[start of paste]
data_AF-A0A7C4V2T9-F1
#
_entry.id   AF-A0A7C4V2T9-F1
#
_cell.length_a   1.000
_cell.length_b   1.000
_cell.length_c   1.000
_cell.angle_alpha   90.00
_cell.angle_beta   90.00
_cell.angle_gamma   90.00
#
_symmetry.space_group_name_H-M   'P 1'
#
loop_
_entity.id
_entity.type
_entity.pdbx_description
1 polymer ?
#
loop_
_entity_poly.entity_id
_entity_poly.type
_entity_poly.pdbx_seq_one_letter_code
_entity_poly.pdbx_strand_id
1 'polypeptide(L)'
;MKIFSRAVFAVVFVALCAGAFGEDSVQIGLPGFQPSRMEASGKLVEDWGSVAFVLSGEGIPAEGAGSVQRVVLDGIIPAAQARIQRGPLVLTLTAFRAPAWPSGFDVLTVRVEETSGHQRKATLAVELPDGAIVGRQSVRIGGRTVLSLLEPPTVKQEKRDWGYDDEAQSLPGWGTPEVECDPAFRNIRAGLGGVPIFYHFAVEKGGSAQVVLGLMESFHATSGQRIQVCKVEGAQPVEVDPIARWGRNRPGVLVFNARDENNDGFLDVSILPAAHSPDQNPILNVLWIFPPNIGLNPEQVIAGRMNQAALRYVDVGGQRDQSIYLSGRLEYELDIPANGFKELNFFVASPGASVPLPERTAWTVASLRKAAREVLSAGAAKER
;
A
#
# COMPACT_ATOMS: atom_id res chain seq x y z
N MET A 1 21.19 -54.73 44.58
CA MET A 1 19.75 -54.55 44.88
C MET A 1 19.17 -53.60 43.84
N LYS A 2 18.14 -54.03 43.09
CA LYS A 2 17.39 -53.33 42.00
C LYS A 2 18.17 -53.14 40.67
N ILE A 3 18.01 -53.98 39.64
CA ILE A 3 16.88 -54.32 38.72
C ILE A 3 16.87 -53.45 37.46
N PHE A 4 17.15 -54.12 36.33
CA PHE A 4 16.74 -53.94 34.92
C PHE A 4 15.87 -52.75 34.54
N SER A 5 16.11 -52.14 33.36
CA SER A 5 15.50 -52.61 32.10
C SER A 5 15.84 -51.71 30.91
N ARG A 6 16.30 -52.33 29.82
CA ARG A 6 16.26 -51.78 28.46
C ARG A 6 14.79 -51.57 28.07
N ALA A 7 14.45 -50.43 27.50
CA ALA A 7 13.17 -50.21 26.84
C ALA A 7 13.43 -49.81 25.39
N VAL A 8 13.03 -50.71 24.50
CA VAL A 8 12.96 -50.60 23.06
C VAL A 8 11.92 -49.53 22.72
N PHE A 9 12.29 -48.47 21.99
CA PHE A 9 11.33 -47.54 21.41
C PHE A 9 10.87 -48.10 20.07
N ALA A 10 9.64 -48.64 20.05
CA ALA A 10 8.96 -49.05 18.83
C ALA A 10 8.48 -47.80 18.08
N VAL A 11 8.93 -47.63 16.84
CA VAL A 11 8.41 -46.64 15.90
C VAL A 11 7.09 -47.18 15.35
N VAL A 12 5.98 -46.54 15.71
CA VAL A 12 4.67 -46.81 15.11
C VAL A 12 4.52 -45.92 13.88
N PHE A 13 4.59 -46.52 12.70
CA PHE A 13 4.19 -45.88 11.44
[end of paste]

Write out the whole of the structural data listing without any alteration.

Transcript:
data_AF-A0A7C4V2T9-F1
#
_entry.id   AF-A0A7C4V2T9-F1
#
_cell.length_a   1.000
_cell.length_b   1.000
_cell.length_c   1.000
_cell.angle_alpha   90.00
_cell.angle_beta   90.00
_cell.angle_gamma   90.00
#
_symmetry.space_group_name_H-M   'P 1'
#
loop_
_entity.id
_entity.type
_entity.pdbx_description
1 polymer ?
#
loop_
_entity_poly.entity_id
_entity_poly.type
_entity_poly.pdbx_seq_one_letter_code
_entity_poly.pdbx_strand_id
1 'polypeptide(L)'
;MKIFSRAVFAVVFVALCAGAFGEDSVQIGLPGFQPSRMEASGKLVEDWGSVAFVLSGEGIPAEGAGSVQRVVLDGIIPAAQARIQRGPLVLTLTAFRAPAWPSGFDVLTVRVEETSGHQRKATLAVELPDGAIVGRQSVRIGGRTVLSLLEPPTVKQEKRDWGYDDEAQSLPGWGTPEVECDPAFRNIRAGLGGVPIFYHFAVEKGGSAQVVLGLMESFHATSGQRIQVCKVEGAQPVEVDPIARWGRNRPGVLVFNARDENNDGFLDVSILPAAHSPDQNPILNVLWIFPPNIGLNPEQVIAGRMNQAALRYVDVGGQRDQSIYLSGRLEYELDIPANGFKELNFFVASPGASVPLPERTAWTVASLRKAAREVLSAGAAKER
;
A
#
# COMPACT_ATOMS: atom_id res chain seq x y z
N MET A 1 21.19 -54.73 44.58
CA MET A 1 19.75 -54.55 44.88
C MET A 1 19.17 -53.60 43.84
N LYS A 2 18.14 -54.03 43.09
CA LYS A 2 17.39 -53.33 42.00
C LYS A 2 18.17 -53.14 40.67
N ILE A 3 18.01 -53.98 39.64
CA ILE A 3 16.88 -54.32 38.72
C ILE A 3 16.87 -53.45 37.46
N PHE A 4 17.15 -54.12 36.33
CA PHE A 4 16.74 -53.94 34.92
C PHE A 4 15.87 -52.75 34.54
N SER A 5 16.11 -52.14 33.36
CA SER A 5 15.50 -52.61 32.10
C SER A 5 15.84 -51.71 30.91
N ARG A 6 16.30 -52.33 29.82
CA ARG A 6 16.26 -51.78 28.46
C ARG A 6 14.79 -51.57 28.07
N ALA A 7 14.45 -50.43 27.50
CA ALA A 7 13.17 -50.21 26.84
C ALA A 7 13.43 -49.81 25.39
N VAL A 8 13.03 -50.71 24.50
CA VAL A 8 12.96 -50.60 23.06
C VAL A 8 11.92 -49.53 22.72
N PHE A 9 12.29 -48.47 21.99
CA PHE A 9 11.33 -47.54 21.41
C PHE A 9 10.87 -48.10 20.07
N ALA A 10 9.64 -48.64 20.05
CA ALA A 10 8.96 -49.05 18.83
C ALA A 10 8.48 -47.80 18.08
N VAL A 11 8.93 -47.63 16.84
CA VAL A 11 8.41 -46.64 15.90
C VAL A 11 7.09 -47.18 15.35
N VAL A 12 5.98 -46.54 15.71
CA VAL A 12 4.67 -46.81 15.11
C VAL A 12 4.52 -45.92 13.88
N PHE A 13 4.59 -46.52 12.70
CA PHE A 13 4.19 -45.88 11.44